The Rule is also amended to conform to the Judicial Improvements Act of 1990 [P.L. 101–650, Title III, Section 321] which provides that each United States magistrate appointed under section 631 of title 28, United States Code, shall be known as a United States magistrate judge.
Notes of Advisory Committee on Rules—1994 Amendment
The amendment to subdivision (d) is intended to clarify the authority of a magistrate judge to set conditions of release in those cases where a probationer or supervised releasee is arrested in a district other than the district having jurisdiction. As written, there appeared to be a gap in Rule 40, especially under (d)(1) where the alleged violation occurs in a jurisdiction other than the district having jurisdiction.
A number of rules contain references to pretrial, trial, and post-trial release or detention of defendants, probationers and supervised releasees. Rule 46, for example, addresses the topic of release from custody. Although Rule 46(c) addresses custody pending sentencing and notice of appeal, the rule makes no explicit provision for detaining or releasing probationers or supervised releasees who are later arrested for violating terms of their probation or release. Rule 32.1 provides guidance on proceedings involving revocation of probation or supervised release. In particular, Rule 32.1(a)(1) recognizes that when a person is held in custody on the ground that the person violated a condition of probation or supervised release, the judge or United States magistrate judge may release the person under Rule 46(c), pending the revocation proceeding. But no other explicit reference is made in Rule 32.1 to the authority of a judge or magistrate judge to determine conditions of release for a probationer or supervised releasee who is arrested in a district other than the district having jurisdiction.
The amendment recognizes that a judge or magistrate judge considering the case of a probationer or supervised releasee under Rule 40(d) has the same authority vis a vis decisions regarding custody as a judge or magistrate judge proceeding under Rule 32.1(a)(1). Thus, regardless of the ultimate disposition of an arrested probationer or supervised releasee under Rule 40(d), a judge or magistrate judge acting under that rule may rely upon Rule 46(c) in determining whether custody should be continued and if not, what conditions, if any, should be placed upon the person.
Notes of Advisory Committee on Rules—1995 Amendment
The amendment to Rule 40(a) is a technical, conforming change to reflect an amendment to Rule 5, which recognizes a limited exception to the general rule that all arrestees must be taken before a federal magistrate judge.
Committee Notes on Rules—2002 Amendment
The language of Rule 40 has been amended as part of the general restyling of the Criminal Rules to make them more easily understood and to make style and terminology consistent throughout the rules. These changes are intended to be stylistic only.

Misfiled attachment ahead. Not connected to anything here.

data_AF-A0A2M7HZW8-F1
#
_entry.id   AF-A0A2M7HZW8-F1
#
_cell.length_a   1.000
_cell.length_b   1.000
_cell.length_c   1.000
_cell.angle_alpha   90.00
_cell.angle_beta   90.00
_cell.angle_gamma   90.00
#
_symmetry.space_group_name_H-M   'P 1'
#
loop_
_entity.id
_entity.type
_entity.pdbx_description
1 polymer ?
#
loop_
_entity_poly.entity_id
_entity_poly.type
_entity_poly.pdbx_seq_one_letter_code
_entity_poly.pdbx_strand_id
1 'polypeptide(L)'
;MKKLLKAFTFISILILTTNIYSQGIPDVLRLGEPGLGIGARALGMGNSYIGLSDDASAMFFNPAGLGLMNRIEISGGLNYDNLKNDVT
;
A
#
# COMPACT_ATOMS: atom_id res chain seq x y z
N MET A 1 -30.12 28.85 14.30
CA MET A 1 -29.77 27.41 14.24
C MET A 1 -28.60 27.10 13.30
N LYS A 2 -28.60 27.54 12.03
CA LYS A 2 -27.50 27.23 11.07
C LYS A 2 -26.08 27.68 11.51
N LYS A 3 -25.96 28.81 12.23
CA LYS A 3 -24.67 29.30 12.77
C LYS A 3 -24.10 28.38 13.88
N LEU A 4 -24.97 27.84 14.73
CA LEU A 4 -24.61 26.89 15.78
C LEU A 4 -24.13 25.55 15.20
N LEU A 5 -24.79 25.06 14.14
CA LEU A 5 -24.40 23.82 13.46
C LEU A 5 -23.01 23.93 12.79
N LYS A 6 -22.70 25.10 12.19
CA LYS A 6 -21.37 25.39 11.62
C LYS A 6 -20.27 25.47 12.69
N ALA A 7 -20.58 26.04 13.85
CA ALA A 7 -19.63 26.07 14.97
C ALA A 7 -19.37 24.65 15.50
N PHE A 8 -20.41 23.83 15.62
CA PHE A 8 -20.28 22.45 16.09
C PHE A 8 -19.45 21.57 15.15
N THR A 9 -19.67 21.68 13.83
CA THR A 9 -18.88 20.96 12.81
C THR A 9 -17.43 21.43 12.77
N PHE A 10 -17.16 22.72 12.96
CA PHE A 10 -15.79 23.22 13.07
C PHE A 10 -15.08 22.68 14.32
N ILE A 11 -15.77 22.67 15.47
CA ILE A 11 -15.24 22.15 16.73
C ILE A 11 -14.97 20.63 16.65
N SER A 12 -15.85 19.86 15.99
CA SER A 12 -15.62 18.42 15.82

Rule 40 has been completely revised. The Committee believed that it would be much clearer and more helpful to locate portions of Rule 40 in Rules 5 (initial appearances), 5.1 (preliminary hearings), and 32.1 (revocation or modification of probation or supervised release). Accordingly, current Rule 40(a) has been relocated in Rules 5 and 5.1. Current Rule 40(b) has been relocated in Rule 5(c)(2)(B) and current Rule 40(c) has been moved to Rule 5(c)(2)(F).
Current Rule 40(d) has been relocated in Rule 32.1(a)(5). The first sentence of current Rule 40(e) is now located in revised Rule 40(a). The second sentence of current Rule 40(e) is now in revised Rule 40(b) and current Rule 40(f) is revised Rule 40(c).
Committee Notes on Rules—2006 Amendment
Subdivision (a). Rule 40 currently refers only to a person arrested for failing to appear in another district. The amendment is intended to fill a perceived gap in the rule that a magistrate judge in the district of arrest lacks authority to set release conditions for a person arrested only for violation of conditions of release. See, e.g., United States v. Zhu, 215 F.R.D. 21, 26 (D. Mass. 2003). The Committee believes that it would be inconsistent for the magistrate judge to be empowered to release an arrestee who had failed to appear altogether, but not to release one who only violated conditions of release in a minor way. Rule 40(a) is amended to expressly cover not only failure to appear, but also violation of any other condition of release.
Changes Made After Publication and Comment. The Committee made minor clarifying changes in the published rule at the suggestion of the Style Committee.
Committee Notes on Rules—2011 Amendment
Subdivision (d). The amendment provides for video teleconferencing in order to bring the rule into conformity with Rule 5(f).
Changes Made to Proposed Amendment Released for Public Comment
The amendment was rephrased to track precisely the language of Rule 5(f), on which it was modeled.
Amendment by Public Law
1984 —Subd. (d)(1). Pub. L. 98–473, §215(d), substituted “3605” for “3653”.
Subd. (f). Pub. L. 98–473, §209(c), substituted “Release or Detention” for “Bail” as the subdivision heading and, in text, substituted “If a person was previously detained or conditionally released, pursuant to chapter 207 of title 18, United States Code,” for “If bail was previously fixed”, “decision previously made” for “amount of bail previously fixed”, “by that decision” for “by the amount of bail previously fixed”, and “amends the release or detention decision or alters the conditions of release” for “fixes bail different from that previously fixed”.
1979 —Subd. (d)(1). Pub. L. 96–42, §1(2)(A), struck out “in accordance with Rule 32.1(a)” after “Proceed in”.
Subd. (d)(2). Pub. L. 96–42, §1(2)(B), struck out “in accordance with Rule 32.1(a)(1)” after “Hold a prompt preliminary hearing”.
Effective Date of 1984 Amendment
Amendment by section 215(d) of Pub. L. 98–473 effective Nov. 1, 1987, and applicable only to offenses committed after the taking effect of such amendment, see section 235(a)(1) of Pub. L. 98–473, set out as an Effective Date note under section 3551 of this title.